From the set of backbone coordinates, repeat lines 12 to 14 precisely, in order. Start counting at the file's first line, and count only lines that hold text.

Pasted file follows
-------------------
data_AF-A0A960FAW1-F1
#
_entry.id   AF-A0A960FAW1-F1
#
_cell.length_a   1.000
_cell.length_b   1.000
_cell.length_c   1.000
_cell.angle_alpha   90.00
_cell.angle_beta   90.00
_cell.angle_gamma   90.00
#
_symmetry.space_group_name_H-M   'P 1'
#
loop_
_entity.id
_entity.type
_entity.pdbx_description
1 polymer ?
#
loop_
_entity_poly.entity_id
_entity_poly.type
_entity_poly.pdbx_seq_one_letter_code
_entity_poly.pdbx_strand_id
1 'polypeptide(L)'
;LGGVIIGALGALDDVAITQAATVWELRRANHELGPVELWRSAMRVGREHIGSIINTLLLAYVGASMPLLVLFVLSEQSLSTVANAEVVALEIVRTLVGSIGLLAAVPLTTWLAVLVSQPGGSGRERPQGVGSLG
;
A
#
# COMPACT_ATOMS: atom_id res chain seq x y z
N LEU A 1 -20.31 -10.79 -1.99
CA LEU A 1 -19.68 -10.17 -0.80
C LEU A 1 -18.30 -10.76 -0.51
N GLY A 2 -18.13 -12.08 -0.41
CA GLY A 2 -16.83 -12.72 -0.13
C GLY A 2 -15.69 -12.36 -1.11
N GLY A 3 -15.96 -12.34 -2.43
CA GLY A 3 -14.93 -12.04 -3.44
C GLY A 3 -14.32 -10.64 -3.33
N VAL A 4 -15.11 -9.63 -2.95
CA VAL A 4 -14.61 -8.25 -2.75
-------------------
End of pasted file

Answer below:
_symmetry.space_group_name_H-M   'P 1'
#
loop_